But it all went fine, nobody used the guns, nobody was killed, nothing scandalous occurred. Everything went as “smooth as silk” as Huston commented.
The disappointed press, without something outrageous to write about, turned their attention to Puerto Vallarta for inspiration and this, John said, “was the beginning of its popularity, which was to be a mixed blessing.”
Liz & Dick were the biggest celebrity couple of the XX Century, here with the child of a Vallarta friend, whom them press said they had adopted.
The movie received four Oscar nominations, of which it won one, for Best Costume Design in a black-and-white film (Dorothy Jeakins). Other nominations included Greyson Hall, for Best Supporting Actress in her role as Judith Fellowes, Charlotte’s chaperone, Stephen B. Grimes, for Best Art Direction in a black-and-white film and Gabriel Figueroa for Best Black-and-white Cinematography. Ava Gardner was also nominated for a Golden Globe and a BAFTA as best actress.
The movie did well at the box office though it was not a smash hit as were the previous movies by the director, though this was to become normal in John Huston’s career, as he always tried new things, took risks and never really followed a formula, he didn’t take the easy road. He did add a happy ending to the movie though, something that many years later, when Huston met Williams once again, in London, the author brought up the subject of Puerto Vallarta and the movie and said, “I still don’t like the finish, John!”.
Elizabeth Taylor, Richard Burton, and Ava Gardner
After shooting the movie and having rented a home in Vallarta, in 1976, John Huston decided to install himself for some time in the rustic Las Caletas, within the Chacala Indian community south of a place called Boca de Tomatlan. He leased the land for ten years, with an option for 10 more years, and after that period both the land and anything he had built there would pass over to the Indian community.
Huston enjoyed the almost two decades he lived in Puerto Vallarta, you can read about it in his autobiography, An Open Book, published in 1980 where he recounts that among other things, the weather was very good for his health too.
Elizabeth and Richard (Liz & Dick, as they were called, which Richard detested) also love the place and stayed in town, their love blossomed, they really enjoyed themselves here, they were celebrities, but they were well respected and they could have a semblance of a normal life here.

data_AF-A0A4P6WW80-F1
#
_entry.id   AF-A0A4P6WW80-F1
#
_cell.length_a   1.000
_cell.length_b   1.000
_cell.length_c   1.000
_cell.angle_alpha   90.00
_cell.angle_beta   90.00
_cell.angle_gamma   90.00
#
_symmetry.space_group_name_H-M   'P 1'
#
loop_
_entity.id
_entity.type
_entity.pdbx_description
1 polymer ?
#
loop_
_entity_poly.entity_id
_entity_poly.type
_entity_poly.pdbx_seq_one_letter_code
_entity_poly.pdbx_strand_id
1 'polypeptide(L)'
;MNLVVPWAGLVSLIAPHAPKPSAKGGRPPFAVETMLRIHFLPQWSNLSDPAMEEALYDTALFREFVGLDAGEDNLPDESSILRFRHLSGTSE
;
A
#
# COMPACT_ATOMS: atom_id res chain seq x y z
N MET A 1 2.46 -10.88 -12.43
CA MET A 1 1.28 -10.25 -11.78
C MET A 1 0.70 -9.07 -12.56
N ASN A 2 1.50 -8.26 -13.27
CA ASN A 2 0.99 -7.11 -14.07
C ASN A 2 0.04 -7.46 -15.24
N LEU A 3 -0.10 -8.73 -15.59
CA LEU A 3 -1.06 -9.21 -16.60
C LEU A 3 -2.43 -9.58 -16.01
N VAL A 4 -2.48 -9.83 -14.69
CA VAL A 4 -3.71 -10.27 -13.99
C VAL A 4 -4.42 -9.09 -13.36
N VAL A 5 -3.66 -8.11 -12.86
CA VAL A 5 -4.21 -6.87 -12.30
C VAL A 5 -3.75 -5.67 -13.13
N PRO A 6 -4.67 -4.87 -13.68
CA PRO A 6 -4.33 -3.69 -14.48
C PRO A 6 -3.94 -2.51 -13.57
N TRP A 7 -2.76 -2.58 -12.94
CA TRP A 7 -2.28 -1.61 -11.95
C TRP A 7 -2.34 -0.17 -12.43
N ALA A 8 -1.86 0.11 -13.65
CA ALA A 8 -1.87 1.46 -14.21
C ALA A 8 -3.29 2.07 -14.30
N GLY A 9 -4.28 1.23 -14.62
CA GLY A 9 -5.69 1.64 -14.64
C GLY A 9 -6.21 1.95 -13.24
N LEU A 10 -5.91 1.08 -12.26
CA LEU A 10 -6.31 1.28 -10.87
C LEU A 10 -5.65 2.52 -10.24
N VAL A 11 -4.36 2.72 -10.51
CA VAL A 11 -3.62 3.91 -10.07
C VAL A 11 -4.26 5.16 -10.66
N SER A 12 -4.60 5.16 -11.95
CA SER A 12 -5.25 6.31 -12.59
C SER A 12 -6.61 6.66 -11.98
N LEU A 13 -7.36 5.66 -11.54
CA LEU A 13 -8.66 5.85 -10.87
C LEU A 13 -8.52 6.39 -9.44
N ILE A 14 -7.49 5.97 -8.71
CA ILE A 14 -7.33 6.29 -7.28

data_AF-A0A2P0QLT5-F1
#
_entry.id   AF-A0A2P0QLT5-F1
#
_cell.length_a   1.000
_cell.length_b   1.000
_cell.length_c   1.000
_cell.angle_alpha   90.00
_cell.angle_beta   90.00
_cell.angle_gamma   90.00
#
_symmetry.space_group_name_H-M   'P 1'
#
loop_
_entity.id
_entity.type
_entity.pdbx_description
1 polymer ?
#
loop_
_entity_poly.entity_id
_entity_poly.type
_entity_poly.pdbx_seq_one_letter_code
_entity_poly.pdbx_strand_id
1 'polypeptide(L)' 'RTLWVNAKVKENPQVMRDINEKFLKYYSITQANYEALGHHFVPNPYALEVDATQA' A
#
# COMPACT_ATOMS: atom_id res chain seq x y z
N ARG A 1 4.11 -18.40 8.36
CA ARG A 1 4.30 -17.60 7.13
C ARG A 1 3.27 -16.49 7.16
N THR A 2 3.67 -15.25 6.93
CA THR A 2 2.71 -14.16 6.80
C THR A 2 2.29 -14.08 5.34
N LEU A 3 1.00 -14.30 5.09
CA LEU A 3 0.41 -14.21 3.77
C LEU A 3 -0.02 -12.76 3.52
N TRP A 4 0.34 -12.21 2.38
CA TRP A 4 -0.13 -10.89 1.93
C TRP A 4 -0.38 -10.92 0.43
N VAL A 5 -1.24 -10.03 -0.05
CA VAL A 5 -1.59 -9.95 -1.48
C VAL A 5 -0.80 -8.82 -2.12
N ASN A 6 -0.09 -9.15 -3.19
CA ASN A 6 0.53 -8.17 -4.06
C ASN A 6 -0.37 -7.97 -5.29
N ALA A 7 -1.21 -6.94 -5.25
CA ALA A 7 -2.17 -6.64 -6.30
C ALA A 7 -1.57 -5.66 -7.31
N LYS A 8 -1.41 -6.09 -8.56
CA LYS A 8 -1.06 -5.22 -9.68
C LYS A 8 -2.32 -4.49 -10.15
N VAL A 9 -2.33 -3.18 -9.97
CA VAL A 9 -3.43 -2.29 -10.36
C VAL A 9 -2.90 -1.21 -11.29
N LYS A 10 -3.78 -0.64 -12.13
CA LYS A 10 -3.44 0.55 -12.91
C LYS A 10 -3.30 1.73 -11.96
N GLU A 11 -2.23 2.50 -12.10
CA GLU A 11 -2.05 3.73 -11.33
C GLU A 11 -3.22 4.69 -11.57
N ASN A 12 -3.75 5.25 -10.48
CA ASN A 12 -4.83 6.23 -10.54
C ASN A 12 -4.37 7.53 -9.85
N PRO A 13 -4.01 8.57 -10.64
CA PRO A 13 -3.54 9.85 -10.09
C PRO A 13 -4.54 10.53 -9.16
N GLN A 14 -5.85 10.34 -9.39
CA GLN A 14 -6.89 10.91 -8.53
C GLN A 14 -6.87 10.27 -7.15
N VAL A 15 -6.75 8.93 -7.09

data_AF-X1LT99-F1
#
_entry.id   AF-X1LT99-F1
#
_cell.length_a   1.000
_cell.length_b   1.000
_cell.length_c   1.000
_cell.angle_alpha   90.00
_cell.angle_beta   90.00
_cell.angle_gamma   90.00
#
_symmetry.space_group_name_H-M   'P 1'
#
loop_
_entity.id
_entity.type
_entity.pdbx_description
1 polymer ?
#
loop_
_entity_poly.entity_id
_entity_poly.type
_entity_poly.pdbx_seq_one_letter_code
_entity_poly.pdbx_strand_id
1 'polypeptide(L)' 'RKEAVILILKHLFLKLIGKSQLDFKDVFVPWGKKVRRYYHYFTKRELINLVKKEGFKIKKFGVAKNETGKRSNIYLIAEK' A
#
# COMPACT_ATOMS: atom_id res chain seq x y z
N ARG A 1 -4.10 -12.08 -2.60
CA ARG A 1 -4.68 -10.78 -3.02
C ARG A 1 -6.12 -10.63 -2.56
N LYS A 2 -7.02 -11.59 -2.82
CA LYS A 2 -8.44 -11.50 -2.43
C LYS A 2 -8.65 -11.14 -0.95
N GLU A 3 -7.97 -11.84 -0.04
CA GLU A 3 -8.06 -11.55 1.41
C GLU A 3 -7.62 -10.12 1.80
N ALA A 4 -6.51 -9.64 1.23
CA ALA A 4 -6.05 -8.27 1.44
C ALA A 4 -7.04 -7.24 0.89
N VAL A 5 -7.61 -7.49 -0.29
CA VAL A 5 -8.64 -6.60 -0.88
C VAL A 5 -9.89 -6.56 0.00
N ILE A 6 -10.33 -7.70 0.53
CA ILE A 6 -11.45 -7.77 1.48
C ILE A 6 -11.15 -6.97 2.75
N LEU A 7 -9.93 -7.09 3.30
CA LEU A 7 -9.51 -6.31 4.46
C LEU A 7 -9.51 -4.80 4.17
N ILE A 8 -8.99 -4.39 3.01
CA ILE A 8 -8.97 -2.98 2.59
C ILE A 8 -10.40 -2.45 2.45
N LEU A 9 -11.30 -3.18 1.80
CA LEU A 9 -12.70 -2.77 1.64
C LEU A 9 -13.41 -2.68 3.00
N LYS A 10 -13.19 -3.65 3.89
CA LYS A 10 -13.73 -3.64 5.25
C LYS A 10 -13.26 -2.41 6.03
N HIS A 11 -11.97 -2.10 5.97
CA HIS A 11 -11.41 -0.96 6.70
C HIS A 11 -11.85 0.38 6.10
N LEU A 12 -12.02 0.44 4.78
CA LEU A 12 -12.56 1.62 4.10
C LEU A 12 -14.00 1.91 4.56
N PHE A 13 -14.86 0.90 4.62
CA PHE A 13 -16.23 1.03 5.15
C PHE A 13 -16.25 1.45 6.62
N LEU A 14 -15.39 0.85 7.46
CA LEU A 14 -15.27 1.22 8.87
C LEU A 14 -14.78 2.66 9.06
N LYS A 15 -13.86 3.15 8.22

Burton and Taylor on their ship the Kalizma
In this small town they enjoyed freedom they couldn’t other places, they could wander around town, go to the beach, sail around the bay, go to town and shop and live without being hounded by fans and press. They actually became part of the local community and participated with community work, donations and as voluntary promoters of the town, including a period in the 1980’s when the town got a bad reputation due to some drug-related crimes.
Richard Burton bought Liz the house they had initially rented on Calle Zaragoza “Casa Kimberley”, which incidentally, Guillermo Wulff had built in 1957, a 9 bedroom villa in the area called Gringo Gulch, a few blocks up the hill from the main plaza. He also bought the villa across the street and Wulff built a bridge between the two villas, based on “The Bridge of Sighs” in Venice.
The couple, despite their extravagant life, diamonds, luxury, jet set, excesses purchased properties in Gstaad in Switzerland, Céligny in France, a home in Hampshire and the homes in Puerto Vallarta, but Vallarta was the place where Elizabeth Taylor would feel most at home.
The bridge between the Taylor and Burton villas
Huston, Taylor, and Burton stayed connected with the city for many decades, Elizabeth Taylor visited the last time in 1999.
When Liz Taylor divorced Richard Burton, he came back with his new wife, Susan Hunt (ex-wife of the famous F1 driver), who has also kept in touch with friends and the city ever since.
John Huston sculpture on the Isla Cuale unveiled on the 25th Anniversary of the movie in 1989.
A film festival was held in the city for many years and included prizes in their honor, the John Huston Award for best director, the Elizabeth Taylor award for best actress and the Richard Burton Award for best actor.
Most recently an event and exhibit were held for the 50th Anniversary, with photos, movies, and talks.
So their legacy, despite so many decades, has not been totally forgotten and should not be forgotten.
Author: M. A. Gallardo
“On the trail of the Iguana” (The Original Movie Promo), very interesting
- The Night of the Iguana’s 50th Anniversary
- Mismaloya, the beach that started it all
- Liz and Dick, and their effect on Vallarta
- Las Caletas and John Huston
- Vallarta’s South Zone
- An Open Book. 1980. John Huston.
- Furious Love. 2010. Sam Kashner & Nancy Schoenberger.
- Huston’s Gamble, 2006, Night of the Iguana featurette
(they mention it was filmed in Baja California, which of course is wrong).
- John Huston, Wikipedia.
- John Huston Interview. 1981. Waldemar Verdugo Fuentes. Vogue.
- On the Trail of the Iguana, 2006, The Night of the Iguana Behind the scenes, included in the reissued DVD.
- One-Act Version of Night of the Iguana.
- Puerto Vallarta and mis recuerdos. 1982, Catalina Montes de Oca de Contreras.
- Rope’s End, Scott Kenan.
- Tennessee Williams. Wikipedia.
- The Lady Eve´s Reel Life blog: http://eves-reel-life.blogspot.com
- The Night of the Iguana, Classic Film Freak, IMDB, Wikipedia.
- The Night of the Iguana. 1964. Metro-Goldwyn-Mayer.